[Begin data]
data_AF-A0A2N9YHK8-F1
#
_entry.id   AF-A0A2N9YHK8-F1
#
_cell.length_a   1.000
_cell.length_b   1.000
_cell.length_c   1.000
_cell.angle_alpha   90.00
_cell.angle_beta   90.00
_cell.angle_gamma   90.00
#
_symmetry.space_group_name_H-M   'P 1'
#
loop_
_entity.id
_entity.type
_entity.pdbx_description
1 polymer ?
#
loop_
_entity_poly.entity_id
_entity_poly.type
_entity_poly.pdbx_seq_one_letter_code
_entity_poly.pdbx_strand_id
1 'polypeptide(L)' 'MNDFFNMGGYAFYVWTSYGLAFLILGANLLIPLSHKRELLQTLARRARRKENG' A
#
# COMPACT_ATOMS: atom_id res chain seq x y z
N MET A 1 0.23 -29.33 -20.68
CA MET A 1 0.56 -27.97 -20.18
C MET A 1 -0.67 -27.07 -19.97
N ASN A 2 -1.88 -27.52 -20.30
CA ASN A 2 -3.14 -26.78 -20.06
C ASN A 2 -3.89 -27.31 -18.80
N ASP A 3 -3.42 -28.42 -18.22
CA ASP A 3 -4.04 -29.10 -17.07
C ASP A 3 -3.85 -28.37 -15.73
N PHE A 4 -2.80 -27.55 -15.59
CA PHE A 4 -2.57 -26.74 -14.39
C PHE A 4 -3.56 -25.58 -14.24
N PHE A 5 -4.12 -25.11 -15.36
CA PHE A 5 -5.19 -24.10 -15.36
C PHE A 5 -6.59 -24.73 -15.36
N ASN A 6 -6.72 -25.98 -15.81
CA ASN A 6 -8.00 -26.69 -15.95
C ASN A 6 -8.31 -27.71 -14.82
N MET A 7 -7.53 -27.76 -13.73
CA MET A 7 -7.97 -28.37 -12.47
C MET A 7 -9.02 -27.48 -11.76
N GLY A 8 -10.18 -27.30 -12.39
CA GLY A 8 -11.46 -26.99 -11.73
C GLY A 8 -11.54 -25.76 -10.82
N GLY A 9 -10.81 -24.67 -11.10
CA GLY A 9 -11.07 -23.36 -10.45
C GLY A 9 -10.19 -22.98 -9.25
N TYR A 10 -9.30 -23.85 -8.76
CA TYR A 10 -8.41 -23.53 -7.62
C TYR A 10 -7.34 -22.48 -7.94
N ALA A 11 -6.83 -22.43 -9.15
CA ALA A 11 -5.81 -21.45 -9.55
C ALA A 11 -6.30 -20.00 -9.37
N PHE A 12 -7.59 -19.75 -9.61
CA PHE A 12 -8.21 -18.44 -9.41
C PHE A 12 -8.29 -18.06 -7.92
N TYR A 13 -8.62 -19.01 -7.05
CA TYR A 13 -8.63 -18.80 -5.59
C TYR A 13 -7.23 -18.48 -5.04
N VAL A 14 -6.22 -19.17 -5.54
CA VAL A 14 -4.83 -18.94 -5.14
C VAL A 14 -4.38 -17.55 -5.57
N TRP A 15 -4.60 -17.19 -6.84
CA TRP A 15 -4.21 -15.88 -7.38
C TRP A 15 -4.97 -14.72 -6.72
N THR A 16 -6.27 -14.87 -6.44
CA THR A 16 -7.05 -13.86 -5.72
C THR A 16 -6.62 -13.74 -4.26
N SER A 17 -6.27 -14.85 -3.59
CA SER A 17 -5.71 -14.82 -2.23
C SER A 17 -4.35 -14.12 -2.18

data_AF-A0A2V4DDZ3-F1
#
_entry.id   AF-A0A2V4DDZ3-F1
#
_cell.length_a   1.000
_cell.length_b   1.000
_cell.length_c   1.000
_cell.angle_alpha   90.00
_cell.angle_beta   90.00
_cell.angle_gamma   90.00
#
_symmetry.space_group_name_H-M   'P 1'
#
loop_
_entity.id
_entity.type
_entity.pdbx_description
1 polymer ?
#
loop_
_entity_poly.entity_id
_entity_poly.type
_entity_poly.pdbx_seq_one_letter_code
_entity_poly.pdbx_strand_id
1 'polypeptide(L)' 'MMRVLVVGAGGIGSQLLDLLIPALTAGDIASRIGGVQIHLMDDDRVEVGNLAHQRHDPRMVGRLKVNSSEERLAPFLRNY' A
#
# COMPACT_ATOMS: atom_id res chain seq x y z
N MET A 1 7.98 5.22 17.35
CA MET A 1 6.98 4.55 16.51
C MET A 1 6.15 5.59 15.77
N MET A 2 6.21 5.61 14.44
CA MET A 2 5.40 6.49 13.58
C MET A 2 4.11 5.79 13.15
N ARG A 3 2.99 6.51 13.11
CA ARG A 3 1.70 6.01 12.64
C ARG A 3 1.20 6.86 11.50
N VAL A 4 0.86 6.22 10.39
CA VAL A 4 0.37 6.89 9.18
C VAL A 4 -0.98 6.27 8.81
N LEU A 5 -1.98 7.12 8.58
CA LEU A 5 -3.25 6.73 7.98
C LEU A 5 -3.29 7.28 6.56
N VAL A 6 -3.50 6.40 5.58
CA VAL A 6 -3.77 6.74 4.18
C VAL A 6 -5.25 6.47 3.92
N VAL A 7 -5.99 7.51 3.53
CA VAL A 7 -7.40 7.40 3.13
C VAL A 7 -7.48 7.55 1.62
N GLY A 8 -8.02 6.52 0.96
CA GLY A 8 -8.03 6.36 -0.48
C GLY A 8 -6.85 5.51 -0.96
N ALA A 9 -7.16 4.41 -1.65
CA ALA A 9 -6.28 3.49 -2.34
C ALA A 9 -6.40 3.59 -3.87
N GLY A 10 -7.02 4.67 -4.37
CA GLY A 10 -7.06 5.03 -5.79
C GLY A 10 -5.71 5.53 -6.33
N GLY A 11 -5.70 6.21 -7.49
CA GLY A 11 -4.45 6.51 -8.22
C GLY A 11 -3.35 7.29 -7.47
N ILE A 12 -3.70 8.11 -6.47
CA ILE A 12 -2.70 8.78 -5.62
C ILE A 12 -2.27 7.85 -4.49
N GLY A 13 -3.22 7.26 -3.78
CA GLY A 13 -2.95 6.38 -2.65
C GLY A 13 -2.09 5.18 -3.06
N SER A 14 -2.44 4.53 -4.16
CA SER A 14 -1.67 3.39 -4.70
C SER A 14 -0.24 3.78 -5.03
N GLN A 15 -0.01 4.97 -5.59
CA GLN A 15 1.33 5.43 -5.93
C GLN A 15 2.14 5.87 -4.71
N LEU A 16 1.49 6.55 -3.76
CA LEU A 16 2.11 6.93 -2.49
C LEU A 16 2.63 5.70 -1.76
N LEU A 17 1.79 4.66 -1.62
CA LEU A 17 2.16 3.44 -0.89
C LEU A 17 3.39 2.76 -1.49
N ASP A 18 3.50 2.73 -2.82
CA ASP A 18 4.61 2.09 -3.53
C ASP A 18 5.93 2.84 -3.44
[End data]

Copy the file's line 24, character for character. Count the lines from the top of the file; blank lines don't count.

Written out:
_entity_poly.pdbx_strand_id